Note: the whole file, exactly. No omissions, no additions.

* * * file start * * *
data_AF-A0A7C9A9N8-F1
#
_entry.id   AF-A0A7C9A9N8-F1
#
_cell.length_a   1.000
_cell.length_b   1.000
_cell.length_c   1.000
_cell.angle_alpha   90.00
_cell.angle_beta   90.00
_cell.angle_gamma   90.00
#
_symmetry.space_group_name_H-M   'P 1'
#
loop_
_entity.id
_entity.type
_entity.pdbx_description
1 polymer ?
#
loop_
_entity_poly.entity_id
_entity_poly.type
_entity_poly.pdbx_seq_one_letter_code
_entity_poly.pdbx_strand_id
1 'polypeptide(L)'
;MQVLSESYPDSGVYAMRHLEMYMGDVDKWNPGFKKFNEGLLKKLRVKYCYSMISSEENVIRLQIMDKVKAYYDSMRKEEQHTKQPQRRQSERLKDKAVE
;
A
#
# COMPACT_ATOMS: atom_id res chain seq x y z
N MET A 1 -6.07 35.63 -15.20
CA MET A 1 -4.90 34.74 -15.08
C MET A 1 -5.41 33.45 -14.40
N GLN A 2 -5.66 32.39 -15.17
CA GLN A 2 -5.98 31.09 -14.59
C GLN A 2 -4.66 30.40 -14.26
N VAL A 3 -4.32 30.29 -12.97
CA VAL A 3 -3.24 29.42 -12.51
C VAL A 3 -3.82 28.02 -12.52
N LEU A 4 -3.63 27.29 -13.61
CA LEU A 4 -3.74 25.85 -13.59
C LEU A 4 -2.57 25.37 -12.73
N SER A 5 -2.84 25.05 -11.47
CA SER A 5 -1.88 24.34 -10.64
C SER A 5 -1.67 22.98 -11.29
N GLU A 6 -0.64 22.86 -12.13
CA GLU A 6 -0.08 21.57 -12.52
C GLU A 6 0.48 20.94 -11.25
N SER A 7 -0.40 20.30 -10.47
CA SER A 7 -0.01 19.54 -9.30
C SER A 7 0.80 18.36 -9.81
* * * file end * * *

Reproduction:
data_AF-A0A7C9A9N8-F1
#
_entry.id   AF-A0A7C9A9N8-F1
#
_cell.length_a   1.000
_cell.length_b   1.000
_cell.length_c   1.000
_cell.angle_alpha   90.00
_cell.angle_beta   90.00
_cell.angle_gamma   90.00
#
_symmetry.space_group_name_H-M   'P 1'
#
loop_
_entity.id
_entity.type
_entity.pdbx_description
1 polymer ?
#
loop_
_entity_poly.entity_id
_entity_poly.type
_entity_poly.pdbx_seq_one_letter_code
_entity_poly.pdbx_strand_id
1 'polypeptide(L)'
;MQVLSESYPDSGVYAMRHLEMYMGDVDKWNPGFKKFNEGLLKKLRVKYCYSMISSEENVIRLQIMDKVKAYYDSMRKEEQHTKQPQRRQSERLKDKAVE
;
A
#
# COMPACT_ATOMS: atom_id res chain seq x y z
N MET A 1 -6.07 35.63 -15.20
CA MET A 1 -4.90 34.74 -15.08
C MET A 1 -5.41 33.45 -14.40
N GLN A 2 -5.66 32.39 -15.17
CA GLN A 2 -5.98 31.09 -14.59
C GLN A 2 -4.66 30.40 -14.26
N VAL A 3 -4.32 30.29 -12.97
CA VAL A 3 -3.24 29.42 -12.51
C VAL A 3 -3.82 28.02 -12.52
N LEU A 4 -3.63 27.29 -13.61
CA LEU A 4 -3.74 25.85 -13.59
C LEU A 4 -2.57 25.37 -12.73
N SER A 5 -2.84 25.05 -11.47
CA SER A 5 -1.88 24.34 -10.64
C SER A 5 -1.67 22.98 -11.29
N GLU A 6 -0.64 22.86 -12.13
CA GLU A 6 -0.08 21.57 -12.52
C GLU A 6 0.48 20.94 -11.25
N SER A 7 -0.40 20.30 -10.47
CA SER A 7 -0.01 19.54 -9.30
C SER A 7 0.80 18.36 -9.81